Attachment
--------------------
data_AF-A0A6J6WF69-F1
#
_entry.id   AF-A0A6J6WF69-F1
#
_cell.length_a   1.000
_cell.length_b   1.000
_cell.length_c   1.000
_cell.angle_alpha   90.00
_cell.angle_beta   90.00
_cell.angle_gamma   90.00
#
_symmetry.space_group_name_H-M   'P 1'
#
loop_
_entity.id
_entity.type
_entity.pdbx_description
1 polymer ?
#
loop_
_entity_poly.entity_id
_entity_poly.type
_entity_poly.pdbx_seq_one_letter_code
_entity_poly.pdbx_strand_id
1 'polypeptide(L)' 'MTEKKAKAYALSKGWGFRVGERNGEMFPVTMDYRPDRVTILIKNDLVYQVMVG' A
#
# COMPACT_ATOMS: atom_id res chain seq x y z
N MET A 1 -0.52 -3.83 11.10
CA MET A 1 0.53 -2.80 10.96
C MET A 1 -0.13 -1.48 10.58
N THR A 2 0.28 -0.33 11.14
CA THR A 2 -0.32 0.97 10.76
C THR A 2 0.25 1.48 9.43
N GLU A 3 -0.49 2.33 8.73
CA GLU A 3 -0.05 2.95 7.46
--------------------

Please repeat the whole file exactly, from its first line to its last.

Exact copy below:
data_AF-A0A6J6WF69-F1
#
_entry.id   AF-A0A6J6WF69-F1
#
_cell.length_a   1.000
_cell.length_b   1.000
_cell.length_c   1.000
_cell.angle_alpha   90.00
_cell.angle_beta   90.00
_cell.angle_gamma   90.00
#
_symmetry.space_group_name_H-M   'P 1'
#
loop_
_entity.id
_entity.type
_entity.pdbx_description
1 polymer ?
#
loop_
_entity_poly.entity_id
_entity_poly.type
_entity_poly.pdbx_seq_one_letter_code
_entity_poly.pdbx_strand_id
1 'polypeptide(L)' 'MTEKKAKAYALSKGWGFRVGERNGEMFPVTMDYRPDRVTILIKNDLVYQVMVG' A
#
# COMPACT_ATOMS: atom_id res chain seq x y z
N MET A 1 -0.52 -3.83 11.10
CA MET A 1 0.53 -2.80 10.96
C MET A 1 -0.13 -1.48 10.58
N THR A 2 0.28 -0.33 11.14
CA THR A 2 -0.32 0.97 10.76
C THR A 2 0.25 1.48 9.43
N GLU A 3 -0.49 2.33 8.73
CA GLU A 3 -0.05 2.95 7.46